Stranger Fruit

Friday Poem (0125)

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Kindred

Musing, between the sunset and the dark,
As Twilight in unhesitating hands
Bore from the faint horizon’s underlands,
Silvern and chill, the moon’s phantasmal ark,
I heard the sea, and far away could mark
Where that unalterable waste expands
In sevenfold sapphire from the mournful sands,
And saw beyond the deep a vibrant spark.

There sank the sun Arcturus, and I thought:
Star, by an ocean on a world of thine,
May not a being, born like me to die,
Confront a little the eternal Naught
And watch our isolated sun decline–
Sad for his evanescence, even as I?

George Sterling

Comments

  1. #1 Jonathan Vos Post
    January 25, 2008

    ======================

    NEW TALES OF OLD STARS
    by Jonathan Vos Post
    copyright (c) 2007 by Emerald City Publishing
    based on “New Facts About Old Friends” by Fred Schaaf,
    Sky & Telecope, June 2007, p.42

    Regulus is a bullet, whirling
    once every 15.9 hours, in Leo,
    not like a frisbee, or a hubcap hurling
    in the plane it spins in, but on its axis.
    Nothing is certain but death and taxes,
    and Regulus swirling, nearly due West,
    equator bulging as it incandesced.

    Arcturus, the only 1st magnitude star
    so highly inclined to the galaxy’s disk,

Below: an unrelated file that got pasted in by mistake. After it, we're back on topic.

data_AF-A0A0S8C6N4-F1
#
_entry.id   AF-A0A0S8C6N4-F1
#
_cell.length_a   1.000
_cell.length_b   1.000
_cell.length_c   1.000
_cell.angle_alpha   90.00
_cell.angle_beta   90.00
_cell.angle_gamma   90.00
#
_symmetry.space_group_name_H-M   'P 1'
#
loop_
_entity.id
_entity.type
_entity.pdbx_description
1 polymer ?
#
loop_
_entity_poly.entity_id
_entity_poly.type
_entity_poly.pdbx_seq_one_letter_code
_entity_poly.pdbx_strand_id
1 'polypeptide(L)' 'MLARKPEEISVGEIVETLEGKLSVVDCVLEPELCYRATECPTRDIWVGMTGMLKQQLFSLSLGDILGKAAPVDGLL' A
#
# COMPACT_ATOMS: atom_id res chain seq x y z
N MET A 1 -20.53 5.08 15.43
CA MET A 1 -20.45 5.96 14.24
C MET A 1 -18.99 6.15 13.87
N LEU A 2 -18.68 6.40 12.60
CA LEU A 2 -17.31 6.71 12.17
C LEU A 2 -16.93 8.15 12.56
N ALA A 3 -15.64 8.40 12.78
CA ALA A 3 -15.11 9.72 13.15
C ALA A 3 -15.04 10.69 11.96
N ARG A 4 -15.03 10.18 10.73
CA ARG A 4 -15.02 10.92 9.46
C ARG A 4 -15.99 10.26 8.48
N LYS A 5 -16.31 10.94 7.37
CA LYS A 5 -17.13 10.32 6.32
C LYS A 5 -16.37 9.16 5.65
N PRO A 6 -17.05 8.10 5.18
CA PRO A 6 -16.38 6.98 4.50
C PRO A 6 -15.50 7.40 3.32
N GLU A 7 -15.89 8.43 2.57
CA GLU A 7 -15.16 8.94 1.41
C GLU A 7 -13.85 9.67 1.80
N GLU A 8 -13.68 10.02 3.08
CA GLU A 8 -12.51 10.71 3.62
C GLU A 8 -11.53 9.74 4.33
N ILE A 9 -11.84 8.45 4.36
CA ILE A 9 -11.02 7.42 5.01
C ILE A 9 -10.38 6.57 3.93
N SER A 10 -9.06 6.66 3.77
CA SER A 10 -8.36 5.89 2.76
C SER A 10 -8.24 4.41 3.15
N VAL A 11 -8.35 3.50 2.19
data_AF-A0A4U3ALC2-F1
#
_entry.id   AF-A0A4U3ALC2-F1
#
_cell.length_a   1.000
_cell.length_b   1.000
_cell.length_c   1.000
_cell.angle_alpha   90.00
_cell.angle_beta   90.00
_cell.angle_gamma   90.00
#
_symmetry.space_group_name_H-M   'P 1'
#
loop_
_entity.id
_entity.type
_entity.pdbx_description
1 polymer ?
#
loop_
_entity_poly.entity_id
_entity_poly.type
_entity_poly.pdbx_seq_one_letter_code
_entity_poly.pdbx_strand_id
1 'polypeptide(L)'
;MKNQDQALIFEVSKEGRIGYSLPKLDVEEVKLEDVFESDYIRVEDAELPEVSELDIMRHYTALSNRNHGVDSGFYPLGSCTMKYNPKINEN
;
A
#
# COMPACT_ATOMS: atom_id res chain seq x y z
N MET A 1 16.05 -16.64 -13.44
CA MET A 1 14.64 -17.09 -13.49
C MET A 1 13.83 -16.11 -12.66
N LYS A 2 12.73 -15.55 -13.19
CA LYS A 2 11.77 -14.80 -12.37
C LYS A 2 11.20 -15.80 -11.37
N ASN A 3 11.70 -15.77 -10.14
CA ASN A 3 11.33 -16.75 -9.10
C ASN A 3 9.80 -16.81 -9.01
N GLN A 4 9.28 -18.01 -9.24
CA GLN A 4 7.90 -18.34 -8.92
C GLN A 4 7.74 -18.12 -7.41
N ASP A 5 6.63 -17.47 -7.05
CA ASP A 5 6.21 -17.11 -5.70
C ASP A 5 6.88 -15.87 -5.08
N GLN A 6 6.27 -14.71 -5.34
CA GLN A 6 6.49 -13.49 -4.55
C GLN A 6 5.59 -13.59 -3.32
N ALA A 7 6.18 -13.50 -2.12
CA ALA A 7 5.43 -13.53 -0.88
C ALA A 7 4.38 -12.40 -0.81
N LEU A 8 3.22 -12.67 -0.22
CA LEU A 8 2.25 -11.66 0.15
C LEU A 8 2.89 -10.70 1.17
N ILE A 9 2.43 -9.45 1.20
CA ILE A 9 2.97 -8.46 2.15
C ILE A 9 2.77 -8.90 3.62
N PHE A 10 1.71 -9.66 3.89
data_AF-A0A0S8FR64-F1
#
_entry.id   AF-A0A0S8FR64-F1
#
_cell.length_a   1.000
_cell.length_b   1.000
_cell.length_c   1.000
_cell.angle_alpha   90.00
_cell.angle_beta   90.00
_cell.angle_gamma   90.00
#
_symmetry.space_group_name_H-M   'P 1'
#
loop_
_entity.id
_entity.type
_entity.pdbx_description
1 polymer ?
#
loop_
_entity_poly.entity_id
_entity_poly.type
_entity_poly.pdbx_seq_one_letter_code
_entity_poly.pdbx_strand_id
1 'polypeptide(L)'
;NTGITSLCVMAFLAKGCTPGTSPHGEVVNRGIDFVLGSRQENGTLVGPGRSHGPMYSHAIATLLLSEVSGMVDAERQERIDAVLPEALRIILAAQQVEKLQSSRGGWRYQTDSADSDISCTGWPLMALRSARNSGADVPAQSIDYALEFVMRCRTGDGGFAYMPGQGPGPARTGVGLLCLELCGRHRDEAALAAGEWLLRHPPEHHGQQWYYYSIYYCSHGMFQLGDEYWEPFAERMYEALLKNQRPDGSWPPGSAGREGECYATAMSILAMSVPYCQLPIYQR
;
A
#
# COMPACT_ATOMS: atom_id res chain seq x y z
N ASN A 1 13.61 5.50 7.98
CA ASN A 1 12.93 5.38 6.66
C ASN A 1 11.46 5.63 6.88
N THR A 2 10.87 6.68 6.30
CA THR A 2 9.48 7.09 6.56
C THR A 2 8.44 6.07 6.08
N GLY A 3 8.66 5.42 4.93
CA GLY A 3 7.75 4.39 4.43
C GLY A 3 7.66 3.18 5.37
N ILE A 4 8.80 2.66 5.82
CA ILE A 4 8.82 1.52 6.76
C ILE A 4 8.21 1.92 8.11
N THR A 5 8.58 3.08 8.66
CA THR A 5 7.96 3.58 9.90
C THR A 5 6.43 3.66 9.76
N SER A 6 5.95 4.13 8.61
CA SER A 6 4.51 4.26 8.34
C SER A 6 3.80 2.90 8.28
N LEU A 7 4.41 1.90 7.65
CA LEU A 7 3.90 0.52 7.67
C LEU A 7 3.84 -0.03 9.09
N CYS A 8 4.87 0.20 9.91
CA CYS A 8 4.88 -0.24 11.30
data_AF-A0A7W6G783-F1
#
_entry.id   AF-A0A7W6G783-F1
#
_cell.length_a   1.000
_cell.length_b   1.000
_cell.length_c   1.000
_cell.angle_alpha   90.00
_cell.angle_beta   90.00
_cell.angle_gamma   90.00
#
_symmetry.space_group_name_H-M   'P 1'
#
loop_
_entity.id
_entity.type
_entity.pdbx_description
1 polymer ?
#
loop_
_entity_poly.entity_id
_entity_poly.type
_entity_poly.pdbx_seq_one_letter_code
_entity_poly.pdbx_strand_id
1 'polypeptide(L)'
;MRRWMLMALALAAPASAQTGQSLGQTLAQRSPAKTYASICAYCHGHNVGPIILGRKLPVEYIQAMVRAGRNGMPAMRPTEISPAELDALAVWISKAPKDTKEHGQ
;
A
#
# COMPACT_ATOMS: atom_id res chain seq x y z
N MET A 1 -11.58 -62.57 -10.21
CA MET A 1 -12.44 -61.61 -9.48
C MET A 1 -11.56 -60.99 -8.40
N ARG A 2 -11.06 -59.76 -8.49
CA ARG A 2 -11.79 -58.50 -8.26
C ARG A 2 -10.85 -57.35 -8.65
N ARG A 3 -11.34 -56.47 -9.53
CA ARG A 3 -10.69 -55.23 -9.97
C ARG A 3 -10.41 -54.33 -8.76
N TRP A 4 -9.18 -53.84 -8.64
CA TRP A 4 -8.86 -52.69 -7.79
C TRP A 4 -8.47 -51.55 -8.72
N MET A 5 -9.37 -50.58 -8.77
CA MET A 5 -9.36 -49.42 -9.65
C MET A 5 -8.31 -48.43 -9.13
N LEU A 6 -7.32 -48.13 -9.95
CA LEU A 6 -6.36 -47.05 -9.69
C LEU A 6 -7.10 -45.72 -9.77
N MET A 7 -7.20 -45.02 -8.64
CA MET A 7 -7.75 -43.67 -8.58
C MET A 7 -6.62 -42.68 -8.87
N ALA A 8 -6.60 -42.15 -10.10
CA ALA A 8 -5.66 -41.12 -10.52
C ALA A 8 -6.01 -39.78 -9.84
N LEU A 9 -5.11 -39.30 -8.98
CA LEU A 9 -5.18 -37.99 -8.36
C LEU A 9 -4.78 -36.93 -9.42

plunges Southward through it, so far,
    so fast, that there’s this asterisk:
    it has been hypothesized
    Arcturus and 52 other known suns
    in orbits outside the mainstream, that runs
    as the remnant of a dwarf galaxy
    that collided with ours, and was cannibalized.

    Another fast spinner is Vega; it aims
    one of its poles at us. Fred Schaaf exclaims:
    “If Vega has planets, they probably follow
    orbits close to [Vega's] plane…”
    Vegans, no matter what they swallow,
    see our Sun as their polestar. We do not complain.

    1815-1915
    2 June 2007

    ======================

    I have had several astronomical poems anthologized, published in Analog, by the AAAS, in Science, coauthored with Feynman, and coauthored with Ray Bradbury. One of my astronomical poems won the 1987 Rhysling Award for Best Science Fiction Poem of the year (“Before the Big Bang: News from the Hubble Large Space Telescope”).

    NEW TALES OF OLD STARS” has not yet been published in a journal or magazine, despite the recommendation of Kelly Beatty,
    Executive Editor, SKY & TELESCOPE.

    By submitting this, with permission, to be posted on the “Stranger Fruit” blog, I do no waive any rights of reproduction, especially First North American Reprint Rights. But I’d love some feedback from this sophisticated audience.

    Emerald City Publishing has been a sole proprietorship of mine since circa 1979.

    – Jonathan Vos Post
    former Adjunct Professor of Astronomy
    Cypress College